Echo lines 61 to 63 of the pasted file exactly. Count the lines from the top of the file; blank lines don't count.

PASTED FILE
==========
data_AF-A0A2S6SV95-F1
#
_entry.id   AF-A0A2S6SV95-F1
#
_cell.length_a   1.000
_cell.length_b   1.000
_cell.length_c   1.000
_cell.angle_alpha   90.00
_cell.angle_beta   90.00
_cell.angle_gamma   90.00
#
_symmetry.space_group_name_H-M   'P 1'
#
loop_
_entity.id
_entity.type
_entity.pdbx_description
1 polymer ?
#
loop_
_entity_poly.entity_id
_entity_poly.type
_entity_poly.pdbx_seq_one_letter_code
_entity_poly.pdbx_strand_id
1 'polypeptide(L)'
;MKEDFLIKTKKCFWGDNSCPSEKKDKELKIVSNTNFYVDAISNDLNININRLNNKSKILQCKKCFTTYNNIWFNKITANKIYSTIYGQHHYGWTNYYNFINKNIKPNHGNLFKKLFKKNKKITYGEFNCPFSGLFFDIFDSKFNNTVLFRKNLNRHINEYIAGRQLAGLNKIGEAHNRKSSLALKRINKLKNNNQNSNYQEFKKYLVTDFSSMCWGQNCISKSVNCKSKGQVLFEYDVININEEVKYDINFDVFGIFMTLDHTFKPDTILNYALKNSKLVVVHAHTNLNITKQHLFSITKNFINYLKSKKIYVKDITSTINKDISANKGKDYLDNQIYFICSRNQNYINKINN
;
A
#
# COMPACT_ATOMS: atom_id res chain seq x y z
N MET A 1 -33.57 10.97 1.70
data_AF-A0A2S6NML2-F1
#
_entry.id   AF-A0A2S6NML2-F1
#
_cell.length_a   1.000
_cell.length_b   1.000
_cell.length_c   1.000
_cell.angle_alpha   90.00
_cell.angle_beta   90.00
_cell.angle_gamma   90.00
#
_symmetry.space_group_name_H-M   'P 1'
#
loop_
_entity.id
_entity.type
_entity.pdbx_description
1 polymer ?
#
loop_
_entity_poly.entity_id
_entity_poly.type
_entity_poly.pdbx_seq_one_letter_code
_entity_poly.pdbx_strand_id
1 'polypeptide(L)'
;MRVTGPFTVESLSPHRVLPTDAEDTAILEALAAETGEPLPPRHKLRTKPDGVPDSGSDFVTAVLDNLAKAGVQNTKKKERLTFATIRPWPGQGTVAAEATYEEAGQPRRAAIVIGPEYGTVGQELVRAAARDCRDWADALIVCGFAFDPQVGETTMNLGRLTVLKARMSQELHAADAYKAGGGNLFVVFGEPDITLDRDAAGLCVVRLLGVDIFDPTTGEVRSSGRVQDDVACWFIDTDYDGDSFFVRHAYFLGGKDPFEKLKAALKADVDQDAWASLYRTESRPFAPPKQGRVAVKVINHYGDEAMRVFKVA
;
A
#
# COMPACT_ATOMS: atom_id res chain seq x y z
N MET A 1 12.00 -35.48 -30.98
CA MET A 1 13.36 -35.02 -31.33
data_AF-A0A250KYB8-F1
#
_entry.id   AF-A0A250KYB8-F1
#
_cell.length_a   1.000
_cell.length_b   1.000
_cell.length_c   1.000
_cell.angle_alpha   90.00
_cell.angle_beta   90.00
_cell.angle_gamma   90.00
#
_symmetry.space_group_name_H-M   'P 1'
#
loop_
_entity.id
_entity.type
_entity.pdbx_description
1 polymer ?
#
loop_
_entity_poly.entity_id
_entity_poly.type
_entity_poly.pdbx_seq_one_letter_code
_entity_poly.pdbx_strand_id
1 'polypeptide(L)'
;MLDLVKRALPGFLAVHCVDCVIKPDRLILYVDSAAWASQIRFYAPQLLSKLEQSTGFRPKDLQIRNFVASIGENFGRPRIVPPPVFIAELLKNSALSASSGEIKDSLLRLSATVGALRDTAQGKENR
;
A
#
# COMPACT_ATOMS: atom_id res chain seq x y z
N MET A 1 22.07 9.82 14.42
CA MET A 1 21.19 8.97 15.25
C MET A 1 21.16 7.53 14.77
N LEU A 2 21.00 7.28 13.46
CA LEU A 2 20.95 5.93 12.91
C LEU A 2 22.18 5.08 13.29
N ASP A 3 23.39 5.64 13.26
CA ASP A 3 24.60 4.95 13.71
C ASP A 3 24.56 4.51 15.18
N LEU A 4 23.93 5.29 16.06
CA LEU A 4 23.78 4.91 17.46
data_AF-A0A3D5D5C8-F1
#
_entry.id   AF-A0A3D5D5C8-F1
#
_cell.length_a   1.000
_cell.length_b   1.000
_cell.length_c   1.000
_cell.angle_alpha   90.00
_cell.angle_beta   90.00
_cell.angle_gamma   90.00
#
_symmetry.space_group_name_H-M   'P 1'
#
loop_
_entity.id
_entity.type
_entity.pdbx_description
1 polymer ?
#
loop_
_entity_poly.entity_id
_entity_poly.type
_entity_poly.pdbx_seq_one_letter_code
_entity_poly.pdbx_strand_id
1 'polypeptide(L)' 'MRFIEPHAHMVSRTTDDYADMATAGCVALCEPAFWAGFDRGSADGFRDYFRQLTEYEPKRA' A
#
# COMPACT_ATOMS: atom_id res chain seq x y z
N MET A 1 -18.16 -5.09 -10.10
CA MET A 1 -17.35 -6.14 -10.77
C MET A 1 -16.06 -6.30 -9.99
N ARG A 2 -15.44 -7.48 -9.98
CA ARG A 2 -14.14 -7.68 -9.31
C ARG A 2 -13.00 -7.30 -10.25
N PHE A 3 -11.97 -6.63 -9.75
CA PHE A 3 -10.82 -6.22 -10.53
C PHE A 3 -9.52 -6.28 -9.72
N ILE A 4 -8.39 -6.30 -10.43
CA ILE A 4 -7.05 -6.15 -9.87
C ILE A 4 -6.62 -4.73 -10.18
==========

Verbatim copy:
# COMPACT_ATOMS: atom_id res chain seq x y z
N MET A 1 12.00 -35.48 -30.98
CA MET A 1 13.36 -35.02 -31.33